Initially he became People's Commissar for Post and Telecommunications. However in March 1937, Yagoda himself was arrested on Stalin's orders. During the Trial of Radek and Piatakov (Trial of the Seventeen), Yagoda extracted confessions from the defendants, thus inadvertently revealing that the men had no political differences with Stalin, a point the Soviet state prosecutor was unable to challenge[citation needed]. This infuriated Stalin[citation needed], as it implied that Stalin had eliminated the defendants solely to maintain his own political power. Yagoda had already earned Stalin's enmity eight years earlier, when he had expressed sympathy for Nikolai Bukharin[citation needed], whom Stalin had forced from power. As one Soviet official put it, "The Boss forgets nothing."[9] Yagoda was found guilty of treason and conspiracy against the Soviet government at the Trial of the Twenty One in March 1938. Solzhenitsyn describes Yagoda as trusting in deliverance from Stalin even during the show trial itself:

Just as though Stalin had been sitting right there in the hall, Yagoda confidently and insistently begged him directly for mercy: "I appeal to you! For you I built two great canals!" And a witness reports that at just that moment a match flared in the shadows behind a window on the second floor of the hall, apparently behind a muslin curtain, and, while it lasted, the outline of a pipe could be seen.[10]

Yagoda was executed by shooting shortly after the trial. His successor and former deputy Nikolai Yezhov ordered the guards to strip Yagoda naked and severely beat him for added humiliation just before his execution[citation needed]. Yezhov himself would suffer exactly the same treatment at the order of his successor and former deputy, Lavrenti Beria, before dying by the same hand (NKVD Chief Executioner Vasili Blokhin) just two years later.[citation needed]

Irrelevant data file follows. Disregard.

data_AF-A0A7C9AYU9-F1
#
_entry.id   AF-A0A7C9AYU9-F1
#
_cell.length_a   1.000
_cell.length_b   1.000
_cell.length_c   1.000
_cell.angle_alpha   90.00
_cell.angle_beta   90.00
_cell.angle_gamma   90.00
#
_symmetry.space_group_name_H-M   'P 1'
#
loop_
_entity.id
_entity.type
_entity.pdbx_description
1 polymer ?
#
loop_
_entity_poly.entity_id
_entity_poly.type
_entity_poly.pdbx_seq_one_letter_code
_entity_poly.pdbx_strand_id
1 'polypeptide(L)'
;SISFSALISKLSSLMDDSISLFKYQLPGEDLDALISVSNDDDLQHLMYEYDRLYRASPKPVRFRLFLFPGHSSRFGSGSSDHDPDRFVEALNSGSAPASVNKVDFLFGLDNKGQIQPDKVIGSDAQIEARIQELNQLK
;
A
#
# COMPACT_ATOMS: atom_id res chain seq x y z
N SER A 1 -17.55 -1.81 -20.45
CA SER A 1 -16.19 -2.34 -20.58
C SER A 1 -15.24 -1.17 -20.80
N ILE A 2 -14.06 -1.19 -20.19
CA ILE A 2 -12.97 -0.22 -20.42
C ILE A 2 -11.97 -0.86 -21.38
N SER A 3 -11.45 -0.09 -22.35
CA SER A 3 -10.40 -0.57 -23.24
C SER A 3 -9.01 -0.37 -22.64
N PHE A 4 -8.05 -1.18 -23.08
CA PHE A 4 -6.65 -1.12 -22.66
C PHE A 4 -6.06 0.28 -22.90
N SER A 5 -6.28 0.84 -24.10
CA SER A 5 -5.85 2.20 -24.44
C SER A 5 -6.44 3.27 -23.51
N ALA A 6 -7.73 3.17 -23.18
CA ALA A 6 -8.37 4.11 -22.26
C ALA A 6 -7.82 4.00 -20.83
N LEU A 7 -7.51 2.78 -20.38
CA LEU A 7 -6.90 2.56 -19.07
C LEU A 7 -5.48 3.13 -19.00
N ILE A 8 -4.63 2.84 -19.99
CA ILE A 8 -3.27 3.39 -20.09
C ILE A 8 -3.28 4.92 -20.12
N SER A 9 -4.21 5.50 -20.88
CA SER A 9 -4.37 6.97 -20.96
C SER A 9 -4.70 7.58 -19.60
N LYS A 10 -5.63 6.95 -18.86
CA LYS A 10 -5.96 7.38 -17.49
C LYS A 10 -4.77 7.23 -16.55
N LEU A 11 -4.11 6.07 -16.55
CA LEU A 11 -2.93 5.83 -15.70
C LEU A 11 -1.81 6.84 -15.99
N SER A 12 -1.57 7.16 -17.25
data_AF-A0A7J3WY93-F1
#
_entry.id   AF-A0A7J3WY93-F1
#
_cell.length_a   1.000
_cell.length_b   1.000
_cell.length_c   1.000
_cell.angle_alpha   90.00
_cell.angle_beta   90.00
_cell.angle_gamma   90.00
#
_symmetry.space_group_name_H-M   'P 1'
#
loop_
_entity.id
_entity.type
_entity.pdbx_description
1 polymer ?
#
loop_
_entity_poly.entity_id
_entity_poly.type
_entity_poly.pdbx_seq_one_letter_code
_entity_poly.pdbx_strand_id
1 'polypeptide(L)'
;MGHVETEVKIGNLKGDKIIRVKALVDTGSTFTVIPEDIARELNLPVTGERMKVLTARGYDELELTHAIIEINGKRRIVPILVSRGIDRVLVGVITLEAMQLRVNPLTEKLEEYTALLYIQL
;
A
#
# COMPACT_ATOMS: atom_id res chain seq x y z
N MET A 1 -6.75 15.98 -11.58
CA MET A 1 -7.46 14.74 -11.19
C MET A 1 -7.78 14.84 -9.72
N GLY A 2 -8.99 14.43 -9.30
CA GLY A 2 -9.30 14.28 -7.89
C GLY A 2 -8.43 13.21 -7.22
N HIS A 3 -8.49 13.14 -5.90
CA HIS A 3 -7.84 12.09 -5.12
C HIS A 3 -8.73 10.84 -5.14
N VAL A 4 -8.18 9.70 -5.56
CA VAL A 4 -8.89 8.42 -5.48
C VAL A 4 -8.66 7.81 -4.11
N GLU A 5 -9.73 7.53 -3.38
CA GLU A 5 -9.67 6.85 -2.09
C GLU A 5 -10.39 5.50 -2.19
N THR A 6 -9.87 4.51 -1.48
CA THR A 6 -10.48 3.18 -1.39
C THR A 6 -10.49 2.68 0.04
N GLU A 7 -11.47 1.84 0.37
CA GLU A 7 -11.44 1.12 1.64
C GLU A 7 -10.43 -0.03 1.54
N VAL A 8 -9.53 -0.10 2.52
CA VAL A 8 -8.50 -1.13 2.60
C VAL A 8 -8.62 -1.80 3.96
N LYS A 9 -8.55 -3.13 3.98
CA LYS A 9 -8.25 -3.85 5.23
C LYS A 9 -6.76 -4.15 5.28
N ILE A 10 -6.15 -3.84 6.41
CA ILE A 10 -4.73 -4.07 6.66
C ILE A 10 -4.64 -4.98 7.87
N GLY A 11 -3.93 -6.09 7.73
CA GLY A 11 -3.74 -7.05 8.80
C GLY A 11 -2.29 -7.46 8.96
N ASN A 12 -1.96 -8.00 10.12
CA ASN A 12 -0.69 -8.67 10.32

Alexander Orlov, also Jewish by birth, attributed the following conversation to Yagoda during his last days at the Lubyanka prison before his execution. When asked by his interrogator if he believed in God, Yagoda replied, "From Stalin I deserved nothing but gratitude for my faithful service; from God I deserved the most severe punishment for having violated his commandments thousands of times. Now look where I am and judge for yourself: is there a God, or not..."[11]

Notes

  1. ^ Chronos. Bibliography Index. Genrikh Yagoda (Russian)
  2. ^ See Zvi Gitelman. A Century of Ambivalence: The Jews of Russia and the Soviet Union, 1881 to the Present, 2nd expanded edition, Indiana University Press, 1988, 2001, ISBN 0-253-21418-1 , p.112
  3. ^ Boris Bazhanov, Bajanov révèle Staline, 1979, Gallimard
  4. ^ Boris Bazhanov, Bajanov révèle Staline, 1979, Gallimard
  5. ^ Boris Bazhanov, Bajanov révèle Staline, 1979, Gallimard
  6. ^ See Simon Sebag Montefiore. Stalin: the Court of the Red Tsar, Knopf, 2004, ISBN 1-4000-4230-5
  7. ^ Barmine, Alexander, One Who Survived, New York: G.P. Putnam (1945), p. 252
  8. ^ See Aleksandr I. Solzhenitsyn. The Gulag Archipelago Vol I-IV, Harper & Row, 1973
  9. ^ Barmine, Alexander, One Who Survived, New York: G.P. Putnam (1945), pp. 295-296
  10. ^ See Aleksandr I. Solzhenitsyn. The Gulag Archipelago Vol I-II, Harper & Row, 1973, ISBN 0-06-013914-5
  11. ^ See "Yagoda in his Prison Cell," in Alexander Orlov The Secret History of Stalin's Crimes, Knopf, 1953.